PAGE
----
Eyoh Etim

I am one of those who believe in the enduring relevance of religion in human societies. Despite the fact that we live in the age of advanced science and its characteristic cynicism towards anything meta-empirical, religion as a strong human force has prevailed and is certain to be part of societal evolution even to the end of time. This is so because no matter how advanced and sophisticated man thinks he is, there will always be times that he would want to reach out to a higher plane for spiritual resources like solace when under stress, comfort when grieving and strength when weak. Those who pray know that refreshing feeling the soul experiences after all of one’s burdens have been ‘cast unto Him’.

Mentoring is also part of the benefits of religion as the spiritual leader is expected to counsel and care for his followers. He can go to any length, even denying himself, to see to it that his followers are happy. This is another way of saying that the function of the spiritual leader usually transcends the spiritual. In Christianity, for instance, the shepherd (pastor) is expected to visit members who are grieving and console them. Donations are usually made in churches to support causes and to offer help to the poor and needy. I know of churches that support members with finances to start businesses and others that provide scholarships to brilliant but indigent students so as to help them realise their educational dreams.

But there is an area which the church has been found wanting in recent times. This is in the area of protest. By protest it is meant the act of using the pulpit to speak truth to power. It is quite disheartening the trend where most pastors want to align themselves with the powers that be. Please do not get me wrong. I do not encourage any form of antagonism between pastors and politicians. Pastors and politicians can be friends, but that friendship should not be to the detriment of the people whom both the pastor and politician claim to serve. What I mean is that a politician should not sit comfortably at the front pew if the pastor knows that the politician is not ruling in justice, peace, fairness and righteousness. Of course, nothing stops the pastor from commending the politician if the politician has served the people well.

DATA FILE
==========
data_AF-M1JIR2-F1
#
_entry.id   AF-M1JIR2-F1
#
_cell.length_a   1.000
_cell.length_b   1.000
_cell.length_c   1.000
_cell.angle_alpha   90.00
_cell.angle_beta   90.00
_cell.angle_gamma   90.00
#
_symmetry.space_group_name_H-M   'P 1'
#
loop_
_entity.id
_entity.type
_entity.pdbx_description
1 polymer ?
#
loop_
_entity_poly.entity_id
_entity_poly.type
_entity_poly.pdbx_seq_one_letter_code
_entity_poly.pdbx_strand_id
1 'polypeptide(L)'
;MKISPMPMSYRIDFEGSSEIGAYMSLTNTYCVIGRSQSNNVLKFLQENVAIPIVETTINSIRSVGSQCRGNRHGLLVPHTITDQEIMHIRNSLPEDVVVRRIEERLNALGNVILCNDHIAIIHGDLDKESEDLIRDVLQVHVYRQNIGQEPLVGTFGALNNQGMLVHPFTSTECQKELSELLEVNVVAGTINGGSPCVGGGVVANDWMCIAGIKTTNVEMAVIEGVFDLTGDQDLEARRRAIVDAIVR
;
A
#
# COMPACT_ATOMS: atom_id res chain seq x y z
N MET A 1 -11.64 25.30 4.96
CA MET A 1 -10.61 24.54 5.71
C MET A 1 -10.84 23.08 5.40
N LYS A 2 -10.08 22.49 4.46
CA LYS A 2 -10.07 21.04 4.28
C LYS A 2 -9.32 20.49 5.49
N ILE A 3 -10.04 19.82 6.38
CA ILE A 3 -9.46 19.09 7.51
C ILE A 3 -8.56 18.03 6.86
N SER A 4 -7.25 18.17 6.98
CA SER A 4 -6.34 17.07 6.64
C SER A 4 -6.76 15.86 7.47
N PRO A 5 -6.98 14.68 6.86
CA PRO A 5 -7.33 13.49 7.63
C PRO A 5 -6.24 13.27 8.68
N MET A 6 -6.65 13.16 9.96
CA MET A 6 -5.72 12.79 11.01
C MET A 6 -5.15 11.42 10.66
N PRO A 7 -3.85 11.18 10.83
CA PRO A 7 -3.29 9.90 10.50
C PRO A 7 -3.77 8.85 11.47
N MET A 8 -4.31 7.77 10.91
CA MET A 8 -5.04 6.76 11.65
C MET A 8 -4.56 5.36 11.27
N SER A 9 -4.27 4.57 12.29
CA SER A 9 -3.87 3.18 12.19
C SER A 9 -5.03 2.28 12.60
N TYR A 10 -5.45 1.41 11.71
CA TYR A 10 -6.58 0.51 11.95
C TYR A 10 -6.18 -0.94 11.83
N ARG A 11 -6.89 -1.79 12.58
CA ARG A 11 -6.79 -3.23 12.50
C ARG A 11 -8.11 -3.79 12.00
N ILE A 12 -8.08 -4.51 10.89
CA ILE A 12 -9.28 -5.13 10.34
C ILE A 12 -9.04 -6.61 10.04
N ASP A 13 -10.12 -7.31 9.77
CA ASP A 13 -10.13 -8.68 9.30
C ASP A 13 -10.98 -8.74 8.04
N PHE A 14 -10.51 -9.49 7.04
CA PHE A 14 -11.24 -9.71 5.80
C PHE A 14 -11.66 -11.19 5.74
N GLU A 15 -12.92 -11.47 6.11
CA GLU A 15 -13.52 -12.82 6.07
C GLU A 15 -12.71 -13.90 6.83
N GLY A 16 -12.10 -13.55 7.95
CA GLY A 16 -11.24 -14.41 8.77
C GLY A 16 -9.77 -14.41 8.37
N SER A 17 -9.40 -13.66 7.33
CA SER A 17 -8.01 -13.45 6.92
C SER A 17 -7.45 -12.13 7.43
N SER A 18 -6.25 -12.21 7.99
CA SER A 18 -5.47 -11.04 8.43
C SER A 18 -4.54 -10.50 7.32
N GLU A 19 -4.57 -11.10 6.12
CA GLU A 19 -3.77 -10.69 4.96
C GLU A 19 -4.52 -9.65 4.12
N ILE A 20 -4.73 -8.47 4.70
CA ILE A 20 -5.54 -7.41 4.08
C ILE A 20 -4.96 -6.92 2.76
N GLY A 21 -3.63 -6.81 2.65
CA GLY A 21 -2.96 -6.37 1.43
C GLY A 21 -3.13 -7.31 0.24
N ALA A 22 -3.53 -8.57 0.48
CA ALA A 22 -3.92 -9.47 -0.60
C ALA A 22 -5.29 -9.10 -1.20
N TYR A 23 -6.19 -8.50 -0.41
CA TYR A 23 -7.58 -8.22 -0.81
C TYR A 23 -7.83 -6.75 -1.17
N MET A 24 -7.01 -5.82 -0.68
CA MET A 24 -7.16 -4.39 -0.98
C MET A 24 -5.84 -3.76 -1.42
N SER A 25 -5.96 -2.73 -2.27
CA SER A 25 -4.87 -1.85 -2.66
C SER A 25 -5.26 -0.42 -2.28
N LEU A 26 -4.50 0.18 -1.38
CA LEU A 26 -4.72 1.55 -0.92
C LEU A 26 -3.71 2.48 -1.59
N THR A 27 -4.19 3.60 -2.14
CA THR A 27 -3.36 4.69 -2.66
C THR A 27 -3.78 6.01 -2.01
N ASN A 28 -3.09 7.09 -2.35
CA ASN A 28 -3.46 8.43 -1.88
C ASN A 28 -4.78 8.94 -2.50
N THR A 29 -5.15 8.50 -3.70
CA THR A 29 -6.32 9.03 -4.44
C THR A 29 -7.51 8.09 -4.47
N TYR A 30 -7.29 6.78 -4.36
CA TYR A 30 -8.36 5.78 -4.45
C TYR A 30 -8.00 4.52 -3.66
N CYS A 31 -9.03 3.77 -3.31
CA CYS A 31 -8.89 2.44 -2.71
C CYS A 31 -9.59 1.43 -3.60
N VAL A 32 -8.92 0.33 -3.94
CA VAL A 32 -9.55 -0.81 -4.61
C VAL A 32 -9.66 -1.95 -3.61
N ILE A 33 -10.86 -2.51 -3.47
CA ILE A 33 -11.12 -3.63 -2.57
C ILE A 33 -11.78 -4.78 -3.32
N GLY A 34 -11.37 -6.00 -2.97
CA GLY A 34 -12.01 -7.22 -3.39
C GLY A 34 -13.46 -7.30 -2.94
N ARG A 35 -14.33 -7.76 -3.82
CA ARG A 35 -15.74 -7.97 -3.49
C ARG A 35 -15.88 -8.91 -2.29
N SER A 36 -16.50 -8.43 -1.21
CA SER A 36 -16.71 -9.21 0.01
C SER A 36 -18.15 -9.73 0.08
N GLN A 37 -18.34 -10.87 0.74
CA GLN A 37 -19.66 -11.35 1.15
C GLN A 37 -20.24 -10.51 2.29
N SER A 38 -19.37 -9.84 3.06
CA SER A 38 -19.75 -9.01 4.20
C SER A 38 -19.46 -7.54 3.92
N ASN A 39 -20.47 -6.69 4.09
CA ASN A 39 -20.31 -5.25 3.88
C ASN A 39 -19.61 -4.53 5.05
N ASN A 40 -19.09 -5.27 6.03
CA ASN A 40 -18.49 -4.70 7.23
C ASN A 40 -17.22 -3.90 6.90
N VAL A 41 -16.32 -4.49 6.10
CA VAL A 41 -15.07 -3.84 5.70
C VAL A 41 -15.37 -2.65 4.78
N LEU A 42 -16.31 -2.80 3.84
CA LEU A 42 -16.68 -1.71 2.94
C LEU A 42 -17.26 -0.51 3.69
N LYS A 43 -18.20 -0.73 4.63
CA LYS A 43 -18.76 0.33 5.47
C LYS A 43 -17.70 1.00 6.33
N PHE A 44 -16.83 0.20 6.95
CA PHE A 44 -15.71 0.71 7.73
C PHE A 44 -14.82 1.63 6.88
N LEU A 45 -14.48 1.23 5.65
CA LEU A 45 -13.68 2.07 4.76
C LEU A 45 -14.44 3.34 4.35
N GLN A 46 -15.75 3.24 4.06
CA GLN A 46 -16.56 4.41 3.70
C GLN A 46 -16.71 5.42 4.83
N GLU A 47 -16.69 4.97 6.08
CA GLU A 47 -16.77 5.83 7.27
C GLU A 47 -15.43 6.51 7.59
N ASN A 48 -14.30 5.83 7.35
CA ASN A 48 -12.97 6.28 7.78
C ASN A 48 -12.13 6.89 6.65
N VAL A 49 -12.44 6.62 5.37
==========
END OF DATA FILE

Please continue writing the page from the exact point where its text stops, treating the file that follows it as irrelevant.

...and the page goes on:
The Bible provides examples of men of God whom God used to emancipate the people from yokes of oppression. Take Moses for instance. Imagine if Moses had allowed himself to be seduced by the power, awe and grandeur of Pharaoh’s court. What would have become of the children of Israel? Imagine Moses praising Pharaoh when his people, the children of Israel, were being beaten, maimed and killed. Imagine Moses accepting large envelopes from Pharaoh in return for not delivering God’s message. It is sad that today the politicians are the ones bearing the names Moses and Messiah while some of the pastors deserve to be called Achan and Judas Iscariot because they have betrayed the people. Contemporary pastors should learn from Moses and speak truth to power where necessary so as to emancipate the people from the Egyptians in power.

Most of the prophets in the Old Testament were tools of emancipation in the hands of God. As fearsome as King David was, Prophet Nathan was able to confront him about the murder of Uriah the Hittite. Faced with the truth, David had no choice other than confessing and repenting of his crime. God equally used Prophet Elijah to confront King Ahab on the murder of poor Citizen Naboth. Jesus did not spare the Scribes and the Pharisees who were the religio-political leaders of his time. He did not also fear the Kings of his time. If he did, there would be no Christians and Christianity today. Speaking truth to power was Jesus’ identity right from youth. He is our example and we must emulate him.

Do you remember Martin Luther King Jr? He is best known for leading the Civil Rights Movement in the America of the 1960s. But do you also know that he was a pastor? Yes, the great Luther was a Baptist Minister who used the pulpit and the word of God to speak truth to white supremacist America and to empower the African Americans to rise and fight for their rights. What a sad contrast today to see many pastors dining with the oppressors of the people! These pastors eat and drink with politicians when the education system in the country is in shambles. They take photographs with politicians when their people are hungry and are barely surviving because of high cost of living.

Do you know how the thirty years of dictatorship in Malawi ended? It was the church that ended it when a group of priests sent out protest letters to be read in parishes across Malawi. The letters sparked protests across Malawi and the great dictator, Dr Kamuzu Banda, had no choice than to concede to a multiparty system of democracy that eventually saw him leaving the power he had held on to for decades. This is why the current alliance between pastors and politicians should be reexamined in the interest of the people. I was elated recently when a revered man of God in Nigeria joined his members on a street protest. I was equally excited to watch a particular reverend father speak on the real witches and wizards in Nigeria. In times like this, we need more of these men of God to stand up and speak up so that the people of Nigeria can truly be free.  

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